Facebook is probably the most well known social networking platform, providing a free and easy way to share messages, photos and videos through posting a ‘status update’. Friends can add comments to posts, creating a conversation. Comments can also include links. Videos can be linked from YouTube or uploaded and embedded directly – an 11MB video took 12 minutes to upload (this was on campus).
To create a site for collaborative working, you need to create a group (the ‘Create Group’ button is in your Facebook main menu on the left-hand side) and select members. They will receive an email notifying them that they have been added. Members are automatically added to the group – there is no ‘decline invitation’ option. They can remove themselves from it, but would have to request to join if they changed their mind (the owner would not be able to just add them again).
When you create a new group you have the following options:
- Open group – anyone can see and join;
- Closed group – whose membership can be seen by anyone, but posts can only be seen by members (recommended)
- Secret group, which can only be seen by members.
You can upload and share Word documents and PDFs – these can be downloaded too. A lesser known feature is the ability to create ‘docs’ in Facebook itself. These have basic formatting (bold, italic, lists), can include pictures and be edited by other group members. You can’t, however, download a copy. To access this feature, click on the ‘Files’ tab at the top of the page.
We also tested linking to a range of collaboration tools within Facebook to see how they looked: YouTube videos, including enhanced (Viewbix) ones, display a thumbnail with the link. This also applies to SlideShare and Pearltree presentations. MindMeister mindmaps and Prezi presentations link but no thumbnail is displayed.
Maps (powered by Microsoft Bing) are displayed only when an event is created, so that attendees can get directions. They disappear once the event has passed.
Polls can be added easily. Simply click on the ‘Add Question’ link at the top of the page and type your question and optional answers.
One to one video-conferencing is available via connecting your Facebook account with Skype (free internet calls provider), linking the accounts of your Skype-using Facebook friends. This is a bit off-putting as you don’t really know what’s being connected and therefore what is going to appear on your Facebook timeline – for example, allowing Skype to post on your wall.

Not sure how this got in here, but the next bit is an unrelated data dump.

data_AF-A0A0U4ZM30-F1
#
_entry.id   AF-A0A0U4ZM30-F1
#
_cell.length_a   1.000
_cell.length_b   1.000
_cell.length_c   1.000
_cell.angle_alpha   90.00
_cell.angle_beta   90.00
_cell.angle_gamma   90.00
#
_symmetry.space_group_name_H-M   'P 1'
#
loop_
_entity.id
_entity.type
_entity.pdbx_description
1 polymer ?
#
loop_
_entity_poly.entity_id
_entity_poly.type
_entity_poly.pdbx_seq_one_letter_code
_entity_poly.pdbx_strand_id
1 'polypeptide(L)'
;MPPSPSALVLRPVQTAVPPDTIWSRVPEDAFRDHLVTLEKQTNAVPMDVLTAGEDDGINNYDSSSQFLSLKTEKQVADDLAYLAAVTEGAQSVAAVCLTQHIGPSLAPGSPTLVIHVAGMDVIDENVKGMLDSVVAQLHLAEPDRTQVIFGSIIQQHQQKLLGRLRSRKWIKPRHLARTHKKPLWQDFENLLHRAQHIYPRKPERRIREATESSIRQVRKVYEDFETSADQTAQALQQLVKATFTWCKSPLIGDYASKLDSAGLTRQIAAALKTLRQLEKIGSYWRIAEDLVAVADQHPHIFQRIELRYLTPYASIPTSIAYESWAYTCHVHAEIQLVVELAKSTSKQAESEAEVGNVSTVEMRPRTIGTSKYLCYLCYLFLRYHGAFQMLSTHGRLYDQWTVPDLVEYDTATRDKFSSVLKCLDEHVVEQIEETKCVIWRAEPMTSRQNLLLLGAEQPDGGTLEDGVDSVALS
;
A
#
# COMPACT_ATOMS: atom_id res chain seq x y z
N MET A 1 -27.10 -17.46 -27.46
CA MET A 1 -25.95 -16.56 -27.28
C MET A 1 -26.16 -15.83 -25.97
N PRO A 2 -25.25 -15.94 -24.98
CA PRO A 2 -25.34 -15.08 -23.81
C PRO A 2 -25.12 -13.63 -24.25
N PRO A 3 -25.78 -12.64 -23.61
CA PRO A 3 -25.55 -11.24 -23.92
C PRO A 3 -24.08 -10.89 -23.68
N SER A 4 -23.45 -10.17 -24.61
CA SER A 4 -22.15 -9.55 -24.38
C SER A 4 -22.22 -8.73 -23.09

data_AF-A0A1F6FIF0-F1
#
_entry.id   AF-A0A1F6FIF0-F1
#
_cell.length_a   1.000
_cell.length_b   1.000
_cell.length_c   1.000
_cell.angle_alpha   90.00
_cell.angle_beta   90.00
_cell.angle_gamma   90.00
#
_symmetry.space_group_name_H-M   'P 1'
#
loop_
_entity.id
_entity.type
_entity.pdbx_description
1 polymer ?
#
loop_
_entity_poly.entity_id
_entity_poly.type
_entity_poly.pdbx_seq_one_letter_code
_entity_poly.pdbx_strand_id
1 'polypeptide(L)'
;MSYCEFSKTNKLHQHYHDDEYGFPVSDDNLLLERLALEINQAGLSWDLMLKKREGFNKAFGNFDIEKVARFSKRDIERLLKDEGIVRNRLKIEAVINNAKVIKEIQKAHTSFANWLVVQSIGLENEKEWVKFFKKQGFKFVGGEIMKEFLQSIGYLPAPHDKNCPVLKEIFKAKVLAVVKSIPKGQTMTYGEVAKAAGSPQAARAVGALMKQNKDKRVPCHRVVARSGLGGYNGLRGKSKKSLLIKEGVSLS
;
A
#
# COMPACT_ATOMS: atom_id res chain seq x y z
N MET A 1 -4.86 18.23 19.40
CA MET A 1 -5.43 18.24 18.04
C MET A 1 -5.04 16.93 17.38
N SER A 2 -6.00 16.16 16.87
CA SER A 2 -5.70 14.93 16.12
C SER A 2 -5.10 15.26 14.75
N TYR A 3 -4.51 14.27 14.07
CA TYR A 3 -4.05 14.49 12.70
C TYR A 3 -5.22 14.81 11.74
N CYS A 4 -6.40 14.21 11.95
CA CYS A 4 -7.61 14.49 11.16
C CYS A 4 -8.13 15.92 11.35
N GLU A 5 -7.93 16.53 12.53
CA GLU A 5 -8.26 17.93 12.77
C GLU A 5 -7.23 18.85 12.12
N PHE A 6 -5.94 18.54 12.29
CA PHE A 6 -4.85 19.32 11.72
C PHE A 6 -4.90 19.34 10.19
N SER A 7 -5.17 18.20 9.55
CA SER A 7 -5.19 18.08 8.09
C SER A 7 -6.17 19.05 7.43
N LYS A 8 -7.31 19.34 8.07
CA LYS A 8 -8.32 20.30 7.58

We would recommend that in Skype ensure you link to Facebook and only allow chat (this is the minimum). Skype does not confirm anything. Then go to Facebook, open a chat window with a friend and select the Video symbol. It will ask you to download a file to install Skype/Facebook video and then you should be able to make a call… To stop the video call – hover over the webcam image and click on the little x symbol on the top right.
If a Facebook friend doesn’t have a Skype account, they can see text chat but no video.
Facebook also uses ‘Like’ buttons. These are clicked by users to express they like or support particular content, which then appears on their friends’ timelines. You may also see ‘Like’ buttons on other websites, enabling users to quickly and easily share content they find with their Facebook friends. It can be used for targeted advertising, or, in education, gathering and getting feedback about the most popular content.
Pros of using Facebook:
- Popular and easy-to-use in the main, although linking with Skype can be awkward.
- Many students already have Facebook accounts and it’s therefore a familiar platform. Some University courses are using it successfully with students.
Cons of using Facebook:
- Posts within Groups are not displayed in chronological order and, unlike on your newsfeed, you have no option to change this. This can be frustrating.
- Students may not appreciate ‘their social space’ being used for teaching and learning purposes.
- Don’t assume all students use or are prepared to sign up to Facebook.
- Facebook is not available in all countries – for example, it’s blocked in China, Iran, Uzbekistan, Pakistan and Bangladesh. It’s recently been unblocked in Syria. (Wikipedia December 2012) .
- As it’s a free service, you can’t get rid of adverts.
- Not supported by the University.
Recommended for quick and easy sharing and commenting on messages, documents, photos and videos.
- Technology Enhanced Learning with PU Group
- http://www.facebook.com/Plymouth.University.Environmental.Science – Dr Sean Comber et al. – (Environment Science)